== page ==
Any developers can want to start building applications with good and concinnous designs using their knowledge and experience. But with time, the applications might develop bugs. An application design must be altered for every change request or new feature request. Through some time we might need to put in a lot of effort, even for simple tasks and it might require a full working knowledge of the entire system. Yet we can't blame change or new feature requests. Those are part of the software development. You cannot stop them and cannot even refuse them. So who is the culprit here? Of course, this is the design of the app.
The following are the design flaws that cause the damage in software, mostly.
- Taking more responsibility on them, putting more stress on the classes (A lot of functionality should not be related to a class.)
- Forcing the classes to depend on each other. If only classes are dependent on each other (in other words tightly coupled), then a change in one will affect the other.
- Into the spreading duplicate code in the system/application.
- Selecting the correct architecture (in other words MVC, 3-tier, Layered, MVP, MVVP and so on).
- Following Design Principles.
- Selecting correct Design Patterns to build the software based on it's specifications.
Now we go through the Design Principles first and will cover the rest soon.
Intro to SOLID principles
Whereas the SOLID principles are as design principles that enable us to manage with most of the software design problems. Sir Robert C. Martin compiled these principles in the 1990s. Those principles provide us ways to move from tightly coupled code and little encapsulation to the desired results of loosely coupled and encapsulated real needs of business properly. The SOLID is an acronym of the following.
- S: Single Responsibility Principle (SRP)
- O: Open Closed Principle (OSP)
- L: Liskov Substitution Principle (LSP)
- I: Interface Segregation Principle (ISP)
- D: Dependency Inversion Principle (DIP)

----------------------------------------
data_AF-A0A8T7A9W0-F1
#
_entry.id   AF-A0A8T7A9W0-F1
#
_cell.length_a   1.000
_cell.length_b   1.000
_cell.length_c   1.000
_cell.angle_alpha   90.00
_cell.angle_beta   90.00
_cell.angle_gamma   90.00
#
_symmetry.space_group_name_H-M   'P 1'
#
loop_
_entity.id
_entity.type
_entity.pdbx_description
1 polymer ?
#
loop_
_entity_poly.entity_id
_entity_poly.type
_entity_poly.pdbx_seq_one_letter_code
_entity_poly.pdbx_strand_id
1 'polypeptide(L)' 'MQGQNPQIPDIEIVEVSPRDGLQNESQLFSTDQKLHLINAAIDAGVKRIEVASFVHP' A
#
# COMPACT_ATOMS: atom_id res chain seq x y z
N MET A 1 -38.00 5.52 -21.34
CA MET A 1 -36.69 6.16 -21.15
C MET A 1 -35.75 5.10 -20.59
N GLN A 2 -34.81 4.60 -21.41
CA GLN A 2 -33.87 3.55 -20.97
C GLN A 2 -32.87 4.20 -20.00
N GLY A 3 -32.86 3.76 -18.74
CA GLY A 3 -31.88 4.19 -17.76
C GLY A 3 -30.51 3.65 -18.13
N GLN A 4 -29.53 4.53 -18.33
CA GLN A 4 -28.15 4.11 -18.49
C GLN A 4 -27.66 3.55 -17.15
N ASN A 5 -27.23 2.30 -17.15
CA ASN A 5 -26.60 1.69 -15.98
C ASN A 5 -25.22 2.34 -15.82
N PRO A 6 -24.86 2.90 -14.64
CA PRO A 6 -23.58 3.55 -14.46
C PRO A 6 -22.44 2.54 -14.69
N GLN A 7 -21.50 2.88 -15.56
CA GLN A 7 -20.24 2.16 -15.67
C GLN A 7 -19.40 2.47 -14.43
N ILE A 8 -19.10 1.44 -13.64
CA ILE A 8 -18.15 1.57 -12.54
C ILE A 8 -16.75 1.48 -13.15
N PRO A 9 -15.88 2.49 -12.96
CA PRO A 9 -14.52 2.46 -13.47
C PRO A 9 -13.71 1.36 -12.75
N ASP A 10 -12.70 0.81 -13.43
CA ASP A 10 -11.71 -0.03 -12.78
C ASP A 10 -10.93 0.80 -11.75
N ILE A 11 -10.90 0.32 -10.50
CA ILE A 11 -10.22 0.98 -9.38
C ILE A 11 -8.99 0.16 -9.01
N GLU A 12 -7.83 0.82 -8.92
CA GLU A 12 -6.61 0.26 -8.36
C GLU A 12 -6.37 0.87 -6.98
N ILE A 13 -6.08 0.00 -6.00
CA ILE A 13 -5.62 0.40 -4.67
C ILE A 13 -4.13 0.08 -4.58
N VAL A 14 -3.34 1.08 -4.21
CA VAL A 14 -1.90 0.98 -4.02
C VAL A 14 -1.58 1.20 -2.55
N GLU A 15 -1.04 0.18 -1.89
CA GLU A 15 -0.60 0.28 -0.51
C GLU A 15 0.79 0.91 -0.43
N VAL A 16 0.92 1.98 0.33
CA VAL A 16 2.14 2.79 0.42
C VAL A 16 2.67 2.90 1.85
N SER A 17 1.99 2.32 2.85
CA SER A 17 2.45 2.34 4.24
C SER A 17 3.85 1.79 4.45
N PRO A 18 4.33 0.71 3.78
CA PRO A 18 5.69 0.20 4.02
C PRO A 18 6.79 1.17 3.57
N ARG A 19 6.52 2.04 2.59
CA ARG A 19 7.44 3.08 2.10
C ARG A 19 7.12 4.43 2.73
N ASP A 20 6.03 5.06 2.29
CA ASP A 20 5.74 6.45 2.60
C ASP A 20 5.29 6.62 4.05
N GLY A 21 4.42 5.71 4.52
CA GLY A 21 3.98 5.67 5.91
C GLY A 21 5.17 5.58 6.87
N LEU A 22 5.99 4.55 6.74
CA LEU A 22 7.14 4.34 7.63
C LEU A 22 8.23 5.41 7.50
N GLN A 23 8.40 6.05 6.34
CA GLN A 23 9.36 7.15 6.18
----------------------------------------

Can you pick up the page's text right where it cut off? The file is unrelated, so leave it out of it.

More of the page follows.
S: Single Responsibility Principle (SRP)
We can say according to SRP "Every software module should have only one reason to change". That means that every class, or similar structure, in your code should have only one job to do. Anything in that class should be related to a single purpose. Into your class should not be like a Swiss knife wherein if one of them needs to be changed then the entire tool needs to be altered. This does not mean that your classes should only contain one method or property. They may be many members as long as they relate to the single responsibility.
O: Open/Closed Principle
According to the open/closed Principle says "A software module/class is open for extension and closed for modification".
Where "For open extension" means, we need to design our class/module in such a way that the new functionality can be added only when new requirements are generated. And "The closed extension is used for modification" means you have already developed a class and it has gone through unit testing. You should then not alter it until we find bugs. As it has been said, one section should be open for the extension, we can use the legacy to do this.
L: Liskov Substitution Principle
The LSP(Liskov Substitution Principle) states that "you should be able to use any derived class instead of a parent class and have it behave in the same manner without modification". The ensures that a derived class does not affect the behavior of the parent class, in other words, that a derived class must be substitutable for its base class.
That principle is just an extension of the o/c (Open/Close) Principle and it means that we must ensure that new derived classes extend the base classes without changing their behavior.
I: Interface Segregation Principle (ISP)
Instead of a grease interface, several small interfaces are preferred on the basis of groups of methods, each serving a submodule."
D: Dependency Inversion Principle
The DIP (Dependency Inversion Principle) states that high-level classes/modules should not depend on low-level classes/modules. Each should depend upon abstractions. Other, abstractions should not depend upon details. Rather then details should depend upon abstractions.